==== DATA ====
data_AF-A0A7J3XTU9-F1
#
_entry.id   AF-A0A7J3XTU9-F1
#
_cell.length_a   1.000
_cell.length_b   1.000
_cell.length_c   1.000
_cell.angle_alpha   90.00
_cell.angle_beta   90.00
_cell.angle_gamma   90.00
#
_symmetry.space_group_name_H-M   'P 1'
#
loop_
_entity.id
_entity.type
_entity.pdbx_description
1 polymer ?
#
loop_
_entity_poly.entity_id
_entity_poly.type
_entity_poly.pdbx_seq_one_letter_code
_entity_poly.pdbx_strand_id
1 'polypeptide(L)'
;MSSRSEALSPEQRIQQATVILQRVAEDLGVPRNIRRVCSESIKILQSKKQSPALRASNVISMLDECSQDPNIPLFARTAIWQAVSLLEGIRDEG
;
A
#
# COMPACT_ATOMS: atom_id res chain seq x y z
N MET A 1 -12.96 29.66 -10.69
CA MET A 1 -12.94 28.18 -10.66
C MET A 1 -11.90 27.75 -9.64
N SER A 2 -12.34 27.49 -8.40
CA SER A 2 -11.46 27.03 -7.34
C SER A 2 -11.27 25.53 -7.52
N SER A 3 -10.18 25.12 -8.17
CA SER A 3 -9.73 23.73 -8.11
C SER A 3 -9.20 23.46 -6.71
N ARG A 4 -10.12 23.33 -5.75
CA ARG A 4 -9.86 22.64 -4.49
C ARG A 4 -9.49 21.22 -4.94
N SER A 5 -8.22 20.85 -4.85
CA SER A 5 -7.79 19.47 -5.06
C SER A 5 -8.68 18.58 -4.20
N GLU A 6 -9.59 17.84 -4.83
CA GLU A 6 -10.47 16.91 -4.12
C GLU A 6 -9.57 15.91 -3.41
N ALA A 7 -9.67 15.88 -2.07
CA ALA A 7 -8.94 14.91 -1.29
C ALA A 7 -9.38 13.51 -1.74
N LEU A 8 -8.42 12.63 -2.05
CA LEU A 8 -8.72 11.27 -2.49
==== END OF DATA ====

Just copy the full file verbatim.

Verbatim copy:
data_AF-A0A7J3XTU9-F1
#
_entry.id   AF-A0A7J3XTU9-F1
#
_cell.length_a   1.000
_cell.length_b   1.000
_cell.length_c   1.000
_cell.angle_alpha   90.00
_cell.angle_beta   90.00
_cell.angle_gamma   90.00
#
_symmetry.space_group_name_H-M   'P 1'
#
loop_
_entity.id
_entity.type
_entity.pdbx_description
1 polymer ?
#
loop_
_entity_poly.entity_id
_entity_poly.type
_entity_poly.pdbx_seq_one_letter_code
_entity_poly.pdbx_strand_id
1 'polypeptide(L)'
;MSSRSEALSPEQRIQQATVILQRVAEDLGVPRNIRRVCSESIKILQSKKQSPALRASNVISMLDECSQDPNIPLFARTAIWQAVSLLEGIRDEG
;
A
#
# COMPACT_ATOMS: atom_id res chain seq x y z
N MET A 1 -12.96 29.66 -10.69
CA MET A 1 -12.94 28.18 -10.66
C MET A 1 -11.90 27.75 -9.64
N SER A 2 -12.34 27.49 -8.40
CA SER A 2 -11.46 27.03 -7.34
C SER A 2 -11.27 25.53 -7.52
N SER A 3 -10.18 25.12 -8.17
CA SER A 3 -9.73 23.73 -8.11
C SER A 3 -9.20 23.46 -6.71
N ARG A 4 -10.12 23.33 -5.75
CA ARG A 4 -9.86 22.64 -4.49
C ARG A 4 -9.49 21.22 -4.94
N SER A 5 -8.22 20.85 -4.85
CA SER A 5 -7.79 19.47 -5.06
C SER A 5 -8.68 18.58 -4.20
N GLU A 6 -9.59 17.84 -4.83
CA GLU A 6 -10.47 16.91 -4.12
C GLU A 6 -9.57 15.91 -3.41
N ALA A 7 -9.67 15.88 -2.07
CA ALA A 7 -8.94 14.91 -1.29
C ALA A 7 -9.38 13.51 -1.74
N LEU A 8 -8.42 12.63 -2.05
CA LEU A 8 -8.72 11.27 -2.49